I was attending the 2019 Labour Party conference as a member-delegate when proceedings on the third day of the conference were interrupted at 10.30am by the televised announcement of the UK’s Supreme Court decision on Boris Johnson’s suspension of parliament.
The Supreme Court heard this case the week before. The hearing was occasioned by the divergence of opinion between the High Courts of England and Scotland on BoJo’s suspension of parliament.
The English court decided BoJo’s decision was a strictly political matter, and hence not “justiciable”.
The Scottish court took the opposite line, and decided that not only was this decision “justiciable”, but it also represented a violation of the UK’s unwritten constitution, inasmuch as BoJo was using an ancient statute—prorogation—to allow the executive to do a run-around parliament’s sovereignty, and was thus illegal.
The hearings were a spectacle. BoJo had his team of lawyers and the plaintiffs who brought the case against him had a team headed by the splendidly-named Lord Pannick, one of Britain’s most distinguished lawyers.
Pannick made mincemeat of BoJo’s lawyers, and when 2 justices of the 11-justice Supreme Court dared to express their scepticism about the particular legal point he was making, they received a beautiful disquisition, in plain English, on the area of law at issue. The disquisition was authoritative as well as elegant, and its effect was withering—the two justices lowered their heads, and looked like whipped curs about to slink away with their tails between their legs. The looks of grudging admiration on the faces of several of the justices showed that the pleader in front of them was a better lawyer than they could ever hope to be.
Pannick’s argument regarding the justiciability of BoJo’s prorogation was based on the simple principle that an executive circumvention of parliament’s sovereignty (such as his) would be completely outside the reach of the law if the judiciary (in this case the English high court) somehow deemed it to be purely political and thus not liable to any kind of judicial oversight.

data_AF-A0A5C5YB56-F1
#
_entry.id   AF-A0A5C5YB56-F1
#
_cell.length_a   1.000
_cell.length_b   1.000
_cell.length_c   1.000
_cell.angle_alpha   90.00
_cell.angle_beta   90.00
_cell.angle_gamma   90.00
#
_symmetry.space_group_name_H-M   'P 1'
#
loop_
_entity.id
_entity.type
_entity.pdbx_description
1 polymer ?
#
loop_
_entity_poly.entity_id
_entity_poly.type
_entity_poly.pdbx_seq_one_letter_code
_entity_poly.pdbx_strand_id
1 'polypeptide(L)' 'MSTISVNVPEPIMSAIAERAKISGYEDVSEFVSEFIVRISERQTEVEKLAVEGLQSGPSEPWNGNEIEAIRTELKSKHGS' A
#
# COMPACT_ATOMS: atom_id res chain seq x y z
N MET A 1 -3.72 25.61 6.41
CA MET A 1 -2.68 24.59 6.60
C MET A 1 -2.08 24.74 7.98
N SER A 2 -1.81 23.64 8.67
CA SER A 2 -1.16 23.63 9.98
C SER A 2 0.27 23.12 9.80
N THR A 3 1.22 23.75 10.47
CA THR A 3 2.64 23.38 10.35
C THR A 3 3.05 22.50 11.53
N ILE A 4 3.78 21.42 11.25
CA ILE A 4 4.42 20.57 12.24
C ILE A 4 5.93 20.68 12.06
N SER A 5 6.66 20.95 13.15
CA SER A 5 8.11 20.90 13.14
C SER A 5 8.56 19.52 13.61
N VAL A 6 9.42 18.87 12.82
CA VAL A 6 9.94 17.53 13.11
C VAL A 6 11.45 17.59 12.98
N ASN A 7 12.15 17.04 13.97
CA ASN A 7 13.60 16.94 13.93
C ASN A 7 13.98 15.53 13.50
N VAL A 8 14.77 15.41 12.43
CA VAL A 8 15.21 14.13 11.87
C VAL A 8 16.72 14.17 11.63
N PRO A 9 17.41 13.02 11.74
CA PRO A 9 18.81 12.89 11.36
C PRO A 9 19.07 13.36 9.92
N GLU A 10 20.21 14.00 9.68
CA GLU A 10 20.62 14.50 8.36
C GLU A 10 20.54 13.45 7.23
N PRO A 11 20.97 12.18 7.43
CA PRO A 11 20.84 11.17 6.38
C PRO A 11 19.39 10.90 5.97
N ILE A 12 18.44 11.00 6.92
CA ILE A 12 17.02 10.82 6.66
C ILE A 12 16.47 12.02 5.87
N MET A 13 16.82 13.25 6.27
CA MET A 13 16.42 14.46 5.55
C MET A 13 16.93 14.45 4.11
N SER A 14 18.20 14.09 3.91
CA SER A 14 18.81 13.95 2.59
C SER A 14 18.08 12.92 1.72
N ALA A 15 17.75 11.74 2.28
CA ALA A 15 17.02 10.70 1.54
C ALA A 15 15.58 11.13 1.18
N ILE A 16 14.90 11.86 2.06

The Scottish high court had upheld the case against BoJo’s prorogation by finding the latter to be both justiciable and, more than that, also unconstitutional and illegal because it amounted to an abridgement of parliamentary sovereignty.
Lord Pannick’s case in support of the Scottish court’s decision was based on the Elizabethan jurist Sir Edward Coke’s definitive delineation of parliamentary sovereignty: “Of the power and jurisdiction of the Parliament, for making of laws in proceeding by Bill, it is so transcendent and absolute, as it cannot be confined either for causes or persons within any bounds….”
Where the question of legality was concerned, Lord Pannick seemed to have won all the legal arguments concerning the executive’s subservience to parliament.
But nothing could of course be definitive until the Supreme Court delivered its verdict.
When it did there were gasps— the Supreme Court upheld the decision of the Scottish High Court, and not only had BoJo acted illegally, but the Supreme Court’s decision that he had done so was 11-0.
The Supreme Court left it to the Speaker of the Commons to reconvene parliament, which he did as soon as was feasible.
This meant that Jeremy Corbyn’s conference closing speech had to be brought forward by a day, and shortened as well. He was due to make several major policy announcements, but the Supreme Court ruling had put everything else in the shade, so these were saved for a later day.
Even so, some major initiatives were announced at the conference:
+ A Green New Deal was passed, with the aim of reducing Britain’s carbon emissions to net zero by 2030. Somewhat predictably, this was opposed by unions and business leaders.
+ Prescription charges in England will be scrapped, bringing it into line with Scotland, Wales and Northern Ireland.